Lent reflection: Herod Antipas

by David Morson

Before we begin our journey through Holy Week, day by day, I conclude some background to three other figures in the dramatic story of Jesus’ last week.

Herod Antipas is best known for ordering the beheading of John The Baptist, who had been a critic of Herod’s adultery with Herodias, his brother’s wife.
But other factors are important concerning his interest in Jesus. His father Herod the Great had been paranoid about the coming of a Messiah as we know from the Christmas stories relating to the Three Kings and the prophecy that the Messiah would be born in Bethlehem. His anxiety was increased because he was deeply unpopular with Jewish people because he relied on Roman favour and protection to maintain his Kingship. Neither was he Jewish as he came from the province of Idumea.
When he died, the Romans ended the monarchical system and Herod’s family moved to Rome with the exception of Herod Antipas his younger son who was given rulership of Galilee and Perea in the North of Palestine by the Romans. So, Herod Antipas too owed his tenuous position to Rome and built his residence on the shores of Lake Galilee which he named Tiberius in honour of the new Emperor.
In the Passion narratives, it is only St Luke who mentions that once Pilate realised that Jesus came from Galilee, he tried to shift responsibility for Jesus by sending him to Herod Antipas who was in Jerusalem for the Passover.
We are told that he was intrigued to see Jesus as like his father he was deeply concerned about any new potential King. He requested a miracle, but Jesus remained silent and Herod mocked Him and sent Him back to Pilate.

Judas Iscariot who is known for his betrayal of Jesus was one of the twelve apostles. Tradition has it that he was responsible for finances in whatever form that took. We are not certain what made Judas betray Jesus but are told in Matthew’s Gospel that it followed from the incident when a woman anointed Jesus with some expensive ointment at Bethany at the home of Simon the Leper. We are told Judas went to the Chief Priests and was paid 30 pieces of silver to look out for an opportunity to betray Jesus. It is believed that when Judas left the Last Supper to tell the Jewish Authorities that Jesus would be in the Garden of Gethsemane, the other apostles may have assumed that he was distributing charity, but this is only surmise. Other theories relate to is name “Iscariot” which in Latin translates as “sicarius”. These literally were “dagger carriers” and referred to anti Roman terrorists, possibly Barabbas. Could Judas have wanted Jesus to prove He was the Messiah? No one really knows. However, we do know that Judas did not expect Jesus to be crucified as the result of his betrayal, because he tried to return the 30pieces of silver and hanged himself in remorse for what he had done.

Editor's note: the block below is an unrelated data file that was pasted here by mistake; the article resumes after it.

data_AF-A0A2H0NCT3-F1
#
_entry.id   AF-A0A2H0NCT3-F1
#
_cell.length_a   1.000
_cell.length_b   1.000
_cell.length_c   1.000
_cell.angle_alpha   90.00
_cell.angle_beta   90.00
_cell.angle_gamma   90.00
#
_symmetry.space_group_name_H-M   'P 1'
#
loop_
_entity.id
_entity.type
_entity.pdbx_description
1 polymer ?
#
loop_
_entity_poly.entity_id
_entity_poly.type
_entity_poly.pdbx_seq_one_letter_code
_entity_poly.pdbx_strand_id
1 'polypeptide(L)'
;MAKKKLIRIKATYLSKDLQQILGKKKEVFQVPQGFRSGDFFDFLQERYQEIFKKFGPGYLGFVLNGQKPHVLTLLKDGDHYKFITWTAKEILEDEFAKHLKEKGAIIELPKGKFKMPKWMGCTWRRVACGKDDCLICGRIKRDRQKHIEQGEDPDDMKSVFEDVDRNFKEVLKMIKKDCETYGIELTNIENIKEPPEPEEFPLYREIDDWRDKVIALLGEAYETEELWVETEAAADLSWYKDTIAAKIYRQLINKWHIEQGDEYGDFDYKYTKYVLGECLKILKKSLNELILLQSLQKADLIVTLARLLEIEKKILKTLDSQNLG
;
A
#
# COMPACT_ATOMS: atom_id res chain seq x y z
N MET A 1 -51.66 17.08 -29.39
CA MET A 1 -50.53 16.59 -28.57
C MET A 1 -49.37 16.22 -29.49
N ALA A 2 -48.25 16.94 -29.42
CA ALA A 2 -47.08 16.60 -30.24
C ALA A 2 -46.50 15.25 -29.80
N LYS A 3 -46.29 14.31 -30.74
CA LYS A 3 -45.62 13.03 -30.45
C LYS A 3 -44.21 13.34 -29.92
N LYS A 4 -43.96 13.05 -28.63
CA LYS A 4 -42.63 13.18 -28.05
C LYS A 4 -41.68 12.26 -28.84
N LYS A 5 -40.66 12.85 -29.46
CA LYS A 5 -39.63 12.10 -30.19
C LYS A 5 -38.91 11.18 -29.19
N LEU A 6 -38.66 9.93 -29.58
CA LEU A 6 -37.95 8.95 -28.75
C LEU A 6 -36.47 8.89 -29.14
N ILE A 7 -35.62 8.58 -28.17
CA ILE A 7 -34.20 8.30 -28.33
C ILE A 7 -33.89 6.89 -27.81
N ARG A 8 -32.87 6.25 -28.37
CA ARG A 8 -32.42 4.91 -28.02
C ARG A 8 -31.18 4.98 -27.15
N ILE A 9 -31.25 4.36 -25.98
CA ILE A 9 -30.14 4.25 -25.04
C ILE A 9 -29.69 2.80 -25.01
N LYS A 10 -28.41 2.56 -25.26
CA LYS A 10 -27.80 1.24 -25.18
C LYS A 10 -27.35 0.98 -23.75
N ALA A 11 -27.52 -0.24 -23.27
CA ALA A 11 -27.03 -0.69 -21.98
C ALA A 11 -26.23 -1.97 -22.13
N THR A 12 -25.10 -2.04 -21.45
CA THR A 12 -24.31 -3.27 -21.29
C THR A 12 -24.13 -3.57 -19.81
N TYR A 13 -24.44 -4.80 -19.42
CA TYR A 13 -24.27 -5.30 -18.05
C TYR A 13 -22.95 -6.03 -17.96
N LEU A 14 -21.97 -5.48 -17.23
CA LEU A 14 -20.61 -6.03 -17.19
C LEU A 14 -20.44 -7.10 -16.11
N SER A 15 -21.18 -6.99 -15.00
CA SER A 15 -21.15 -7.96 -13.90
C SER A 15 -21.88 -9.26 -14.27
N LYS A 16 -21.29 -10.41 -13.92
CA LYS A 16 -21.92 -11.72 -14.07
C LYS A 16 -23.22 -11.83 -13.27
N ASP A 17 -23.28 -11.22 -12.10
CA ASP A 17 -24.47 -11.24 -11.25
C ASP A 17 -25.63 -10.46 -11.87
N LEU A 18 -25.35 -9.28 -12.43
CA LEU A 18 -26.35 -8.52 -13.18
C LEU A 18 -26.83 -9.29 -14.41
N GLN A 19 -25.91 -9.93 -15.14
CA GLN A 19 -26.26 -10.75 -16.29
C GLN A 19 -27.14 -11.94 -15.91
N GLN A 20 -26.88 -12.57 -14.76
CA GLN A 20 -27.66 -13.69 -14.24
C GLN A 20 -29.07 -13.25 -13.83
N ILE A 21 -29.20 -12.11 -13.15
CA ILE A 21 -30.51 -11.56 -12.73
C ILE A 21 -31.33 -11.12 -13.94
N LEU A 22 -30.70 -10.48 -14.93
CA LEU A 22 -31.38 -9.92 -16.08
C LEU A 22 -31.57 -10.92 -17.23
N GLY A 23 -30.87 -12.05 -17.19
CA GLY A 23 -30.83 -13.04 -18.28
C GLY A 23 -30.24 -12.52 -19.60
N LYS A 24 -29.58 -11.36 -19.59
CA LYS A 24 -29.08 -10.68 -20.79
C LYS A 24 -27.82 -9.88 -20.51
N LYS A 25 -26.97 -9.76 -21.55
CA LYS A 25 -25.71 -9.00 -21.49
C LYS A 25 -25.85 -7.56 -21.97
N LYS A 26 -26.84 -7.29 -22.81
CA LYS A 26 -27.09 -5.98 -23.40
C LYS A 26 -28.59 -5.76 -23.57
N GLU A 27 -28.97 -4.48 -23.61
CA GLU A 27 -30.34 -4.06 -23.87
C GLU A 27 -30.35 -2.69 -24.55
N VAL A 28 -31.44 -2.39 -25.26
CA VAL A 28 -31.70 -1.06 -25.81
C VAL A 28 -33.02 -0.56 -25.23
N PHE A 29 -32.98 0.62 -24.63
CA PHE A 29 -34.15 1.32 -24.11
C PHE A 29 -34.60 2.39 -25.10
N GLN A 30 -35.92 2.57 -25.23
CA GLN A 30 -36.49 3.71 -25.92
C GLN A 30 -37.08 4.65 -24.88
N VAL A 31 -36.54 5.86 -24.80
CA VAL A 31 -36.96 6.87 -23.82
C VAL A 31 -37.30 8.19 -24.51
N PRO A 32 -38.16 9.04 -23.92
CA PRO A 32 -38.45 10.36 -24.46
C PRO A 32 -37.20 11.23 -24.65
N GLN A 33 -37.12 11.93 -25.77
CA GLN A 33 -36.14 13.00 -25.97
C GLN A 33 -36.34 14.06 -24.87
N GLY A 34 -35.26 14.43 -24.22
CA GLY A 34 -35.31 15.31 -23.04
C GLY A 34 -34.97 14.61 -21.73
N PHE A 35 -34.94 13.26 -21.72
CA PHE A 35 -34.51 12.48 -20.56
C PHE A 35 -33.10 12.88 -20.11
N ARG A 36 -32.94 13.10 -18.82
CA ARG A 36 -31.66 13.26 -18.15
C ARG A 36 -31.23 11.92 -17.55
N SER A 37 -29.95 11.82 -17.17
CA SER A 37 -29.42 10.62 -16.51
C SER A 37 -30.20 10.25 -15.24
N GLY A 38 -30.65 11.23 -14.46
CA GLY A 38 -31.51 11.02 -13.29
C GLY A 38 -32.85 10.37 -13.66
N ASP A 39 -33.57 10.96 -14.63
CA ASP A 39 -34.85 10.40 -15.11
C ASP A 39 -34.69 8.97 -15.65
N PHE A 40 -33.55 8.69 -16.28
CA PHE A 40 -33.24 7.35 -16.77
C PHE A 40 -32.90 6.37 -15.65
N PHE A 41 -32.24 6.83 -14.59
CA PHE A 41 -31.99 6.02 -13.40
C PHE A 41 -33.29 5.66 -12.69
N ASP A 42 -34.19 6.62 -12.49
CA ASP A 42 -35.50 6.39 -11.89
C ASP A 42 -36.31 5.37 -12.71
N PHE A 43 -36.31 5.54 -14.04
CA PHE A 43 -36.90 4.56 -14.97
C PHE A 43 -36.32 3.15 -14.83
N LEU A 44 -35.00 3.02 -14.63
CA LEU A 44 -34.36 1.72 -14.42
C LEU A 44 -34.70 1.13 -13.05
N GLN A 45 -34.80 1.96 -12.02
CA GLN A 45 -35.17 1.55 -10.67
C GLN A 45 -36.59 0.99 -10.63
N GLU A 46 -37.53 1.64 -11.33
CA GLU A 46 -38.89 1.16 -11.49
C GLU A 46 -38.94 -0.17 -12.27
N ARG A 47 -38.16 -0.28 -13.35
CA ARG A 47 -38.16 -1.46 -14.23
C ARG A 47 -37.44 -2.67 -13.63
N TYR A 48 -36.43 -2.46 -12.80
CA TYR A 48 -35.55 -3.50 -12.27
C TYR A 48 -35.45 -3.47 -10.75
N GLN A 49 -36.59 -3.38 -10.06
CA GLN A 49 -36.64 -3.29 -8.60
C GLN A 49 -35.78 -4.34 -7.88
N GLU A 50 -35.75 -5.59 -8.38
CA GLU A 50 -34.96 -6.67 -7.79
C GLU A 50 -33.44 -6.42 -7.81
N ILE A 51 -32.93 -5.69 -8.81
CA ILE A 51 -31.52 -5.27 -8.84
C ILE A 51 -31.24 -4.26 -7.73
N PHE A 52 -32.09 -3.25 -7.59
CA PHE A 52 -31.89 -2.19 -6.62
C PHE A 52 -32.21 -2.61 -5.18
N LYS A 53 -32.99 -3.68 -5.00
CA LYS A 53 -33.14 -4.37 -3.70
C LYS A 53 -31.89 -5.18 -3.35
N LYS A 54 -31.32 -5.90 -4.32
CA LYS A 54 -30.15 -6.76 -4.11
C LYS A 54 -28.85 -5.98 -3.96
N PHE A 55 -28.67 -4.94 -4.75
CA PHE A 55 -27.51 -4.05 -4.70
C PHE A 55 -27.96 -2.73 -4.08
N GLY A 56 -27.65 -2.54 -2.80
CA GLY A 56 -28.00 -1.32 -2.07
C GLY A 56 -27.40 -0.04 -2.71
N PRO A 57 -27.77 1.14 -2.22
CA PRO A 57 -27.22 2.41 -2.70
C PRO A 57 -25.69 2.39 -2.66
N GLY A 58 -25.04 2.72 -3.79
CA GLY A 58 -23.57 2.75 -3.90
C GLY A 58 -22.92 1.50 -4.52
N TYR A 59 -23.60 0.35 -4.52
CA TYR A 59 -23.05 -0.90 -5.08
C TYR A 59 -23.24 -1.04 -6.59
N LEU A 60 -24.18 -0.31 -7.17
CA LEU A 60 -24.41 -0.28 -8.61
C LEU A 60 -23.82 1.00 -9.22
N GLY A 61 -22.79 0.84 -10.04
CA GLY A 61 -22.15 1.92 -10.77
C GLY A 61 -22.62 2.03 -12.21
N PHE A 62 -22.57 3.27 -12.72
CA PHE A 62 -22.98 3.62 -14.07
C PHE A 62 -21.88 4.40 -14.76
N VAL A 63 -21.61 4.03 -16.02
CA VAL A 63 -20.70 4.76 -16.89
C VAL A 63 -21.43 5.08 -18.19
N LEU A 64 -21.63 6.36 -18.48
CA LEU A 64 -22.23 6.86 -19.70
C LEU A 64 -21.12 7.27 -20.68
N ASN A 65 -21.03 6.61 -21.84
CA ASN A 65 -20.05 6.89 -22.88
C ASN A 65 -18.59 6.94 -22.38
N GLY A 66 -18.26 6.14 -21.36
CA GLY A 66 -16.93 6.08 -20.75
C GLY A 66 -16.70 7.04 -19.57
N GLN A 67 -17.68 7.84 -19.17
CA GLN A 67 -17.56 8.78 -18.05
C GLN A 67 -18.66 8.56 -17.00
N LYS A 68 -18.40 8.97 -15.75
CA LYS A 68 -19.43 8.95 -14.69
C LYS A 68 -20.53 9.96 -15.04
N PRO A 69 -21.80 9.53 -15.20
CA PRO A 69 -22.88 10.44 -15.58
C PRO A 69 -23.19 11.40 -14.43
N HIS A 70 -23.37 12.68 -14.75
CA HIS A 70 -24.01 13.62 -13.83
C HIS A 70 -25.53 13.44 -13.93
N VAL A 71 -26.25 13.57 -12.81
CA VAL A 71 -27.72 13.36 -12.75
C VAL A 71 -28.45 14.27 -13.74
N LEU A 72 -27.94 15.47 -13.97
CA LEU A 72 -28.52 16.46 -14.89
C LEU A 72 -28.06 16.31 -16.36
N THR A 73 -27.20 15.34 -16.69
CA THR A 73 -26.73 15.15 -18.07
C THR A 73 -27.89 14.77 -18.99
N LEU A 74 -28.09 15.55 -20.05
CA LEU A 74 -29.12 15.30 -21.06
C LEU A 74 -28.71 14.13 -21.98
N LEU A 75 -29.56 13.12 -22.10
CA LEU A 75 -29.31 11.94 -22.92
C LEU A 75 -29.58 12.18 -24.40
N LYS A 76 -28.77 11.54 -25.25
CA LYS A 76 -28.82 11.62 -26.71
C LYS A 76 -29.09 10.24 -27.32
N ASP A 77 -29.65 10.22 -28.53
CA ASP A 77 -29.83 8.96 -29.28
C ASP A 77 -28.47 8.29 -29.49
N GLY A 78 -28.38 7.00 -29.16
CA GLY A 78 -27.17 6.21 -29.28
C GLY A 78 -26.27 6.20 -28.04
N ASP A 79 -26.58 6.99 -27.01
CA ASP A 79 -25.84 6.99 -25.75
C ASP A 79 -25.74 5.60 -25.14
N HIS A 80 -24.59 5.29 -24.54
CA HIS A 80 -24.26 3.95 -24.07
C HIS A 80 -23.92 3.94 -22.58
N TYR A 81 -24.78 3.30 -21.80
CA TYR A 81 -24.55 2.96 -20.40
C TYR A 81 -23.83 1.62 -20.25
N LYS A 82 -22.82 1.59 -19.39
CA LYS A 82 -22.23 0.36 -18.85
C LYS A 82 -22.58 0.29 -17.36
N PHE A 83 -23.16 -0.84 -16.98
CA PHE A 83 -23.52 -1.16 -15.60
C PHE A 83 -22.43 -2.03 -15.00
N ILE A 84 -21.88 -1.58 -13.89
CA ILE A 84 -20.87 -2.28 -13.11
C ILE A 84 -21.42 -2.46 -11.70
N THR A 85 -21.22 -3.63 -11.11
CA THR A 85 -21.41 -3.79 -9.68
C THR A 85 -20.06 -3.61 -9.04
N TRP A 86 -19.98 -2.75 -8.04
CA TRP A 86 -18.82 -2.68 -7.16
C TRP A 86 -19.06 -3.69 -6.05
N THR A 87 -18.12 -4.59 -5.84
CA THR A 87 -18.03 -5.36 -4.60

Simon Of Cyrene is known as the man forced to help Jesus carry His cross. The Centurion in charge of the crucifixion was worried that Jesus might die before He reached Calvary. As the officer in charge, he was responsible to see the sentence carried out otherwise he could be subject to the same fate.
So Simon was chosen from the crowd of onlookers at random. Simon came from Cyrene in Libya. There was a synagogue in Jerusalem build by Cyrenian Jews and he was in the City like many other pilgrims with his two sons, Rufus and Alexander. Tradition has it that this experience greatly affected Simon and we are told in the Acts of the Apostles that on Pentecost Day the people of Cyrene were one of the first to believe in the Resurrection.